Cervelli’s offense going forward
Lately, it seems like everyone is talking about the bat of catcher Francisco Cervelli, who has filled in admirably – an understatement, I know – for Jorge Posada during his recent absence (brought on by a mild calf strain). On the season, Cervelli has hit an absurd .429/.500/.500, with 12 RBI. Obviously, that’s a very good line, but what should we expect when Cervelli regresses (it is inevitable since no one can produce that line all season)?
Well, thus far, Cervelli’s BABIP stands at a lofty .462 (Austin Jackson territory), while his minor league BABIP is a much more reasonable number (meaning it is closer to .300, the general norm) at .336. If Cervelli’s BABIP fell to the point where it was inline with that figure, or at least relatively close to it, it is then reasonable to think that Cervelli would still be a productive offensive player. ZiPS forecasts a .325 BABIP for Cervelli over his next 169 hypothetical plate appearances. With that number taken into consideration, ZiPS also projects Cervelli to hit .282/.335/.397 for the rest of the season. If he were to post such a line, Cervelli would end the year with a .313/.372/.419 triple slash.
That, of course, would be a very good line for a backup catcher. Through the lens of ZiPS, Cervelli would post a .732 OPS going forward and would end the season with a final OPS of .791 (just a thick hair under .800). In 2008, American League catchers put forth an average OPS of .715, and, in 2009, the average American League catcher put forth a .724 OPS. Any way you look at it, really, Cervelli would be putting up welcomed numbers at his position and with regards to his specific role. Even if ZiPS is incorrect and thinks too high of the young Cervelli, given his career minor league line (.274/.369/.382), it may not be farfetched to think that Cervelli would hit for a decent average and get on base (he has a pretty good eye). He has no real power, but he can be handy.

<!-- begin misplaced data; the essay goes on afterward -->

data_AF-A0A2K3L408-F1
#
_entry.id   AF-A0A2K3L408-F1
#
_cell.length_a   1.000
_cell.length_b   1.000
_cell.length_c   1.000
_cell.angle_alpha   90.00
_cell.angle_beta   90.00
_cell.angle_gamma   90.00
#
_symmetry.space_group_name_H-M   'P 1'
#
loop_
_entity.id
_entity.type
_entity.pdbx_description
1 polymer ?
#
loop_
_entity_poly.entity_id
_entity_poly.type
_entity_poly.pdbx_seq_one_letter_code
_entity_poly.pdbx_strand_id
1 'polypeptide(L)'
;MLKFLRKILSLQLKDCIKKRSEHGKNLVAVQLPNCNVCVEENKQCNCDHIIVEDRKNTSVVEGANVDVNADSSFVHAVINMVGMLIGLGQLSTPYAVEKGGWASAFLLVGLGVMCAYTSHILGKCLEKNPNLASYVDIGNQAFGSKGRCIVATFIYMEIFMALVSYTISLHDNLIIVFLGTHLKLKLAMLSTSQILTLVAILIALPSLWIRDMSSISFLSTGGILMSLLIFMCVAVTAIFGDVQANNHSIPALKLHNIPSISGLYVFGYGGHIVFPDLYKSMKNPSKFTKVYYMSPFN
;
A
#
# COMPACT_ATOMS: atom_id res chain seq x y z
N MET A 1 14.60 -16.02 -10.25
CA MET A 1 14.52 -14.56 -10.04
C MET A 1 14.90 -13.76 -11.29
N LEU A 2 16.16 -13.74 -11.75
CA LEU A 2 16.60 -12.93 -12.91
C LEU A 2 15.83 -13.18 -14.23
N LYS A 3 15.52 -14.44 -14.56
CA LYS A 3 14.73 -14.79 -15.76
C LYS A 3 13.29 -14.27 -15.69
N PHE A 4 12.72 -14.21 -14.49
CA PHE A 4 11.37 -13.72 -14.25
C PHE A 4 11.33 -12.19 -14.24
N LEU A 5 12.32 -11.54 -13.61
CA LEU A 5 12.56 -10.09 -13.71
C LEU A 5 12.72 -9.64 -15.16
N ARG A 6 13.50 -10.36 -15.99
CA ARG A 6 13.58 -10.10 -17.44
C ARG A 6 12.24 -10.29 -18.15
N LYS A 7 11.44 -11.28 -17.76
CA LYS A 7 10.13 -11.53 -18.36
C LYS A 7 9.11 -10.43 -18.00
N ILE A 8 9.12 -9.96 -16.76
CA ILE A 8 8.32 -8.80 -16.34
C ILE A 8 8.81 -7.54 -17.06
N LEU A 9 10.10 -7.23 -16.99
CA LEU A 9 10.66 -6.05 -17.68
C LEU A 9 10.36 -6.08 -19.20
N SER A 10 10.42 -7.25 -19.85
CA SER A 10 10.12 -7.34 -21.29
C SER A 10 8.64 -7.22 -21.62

In the end, even with a regression, I’m not worried about Cervelli. In the context of his role, he will give the Yankees adequate offensive production (I haven’t even touched on his defense). Even if his share of responsibilities expands a bit with Nick Johnson out, I believe that same thought applies. At the very least, he won’t be a black hole.
Note – The numbers cited in this post do not include last night’s game.
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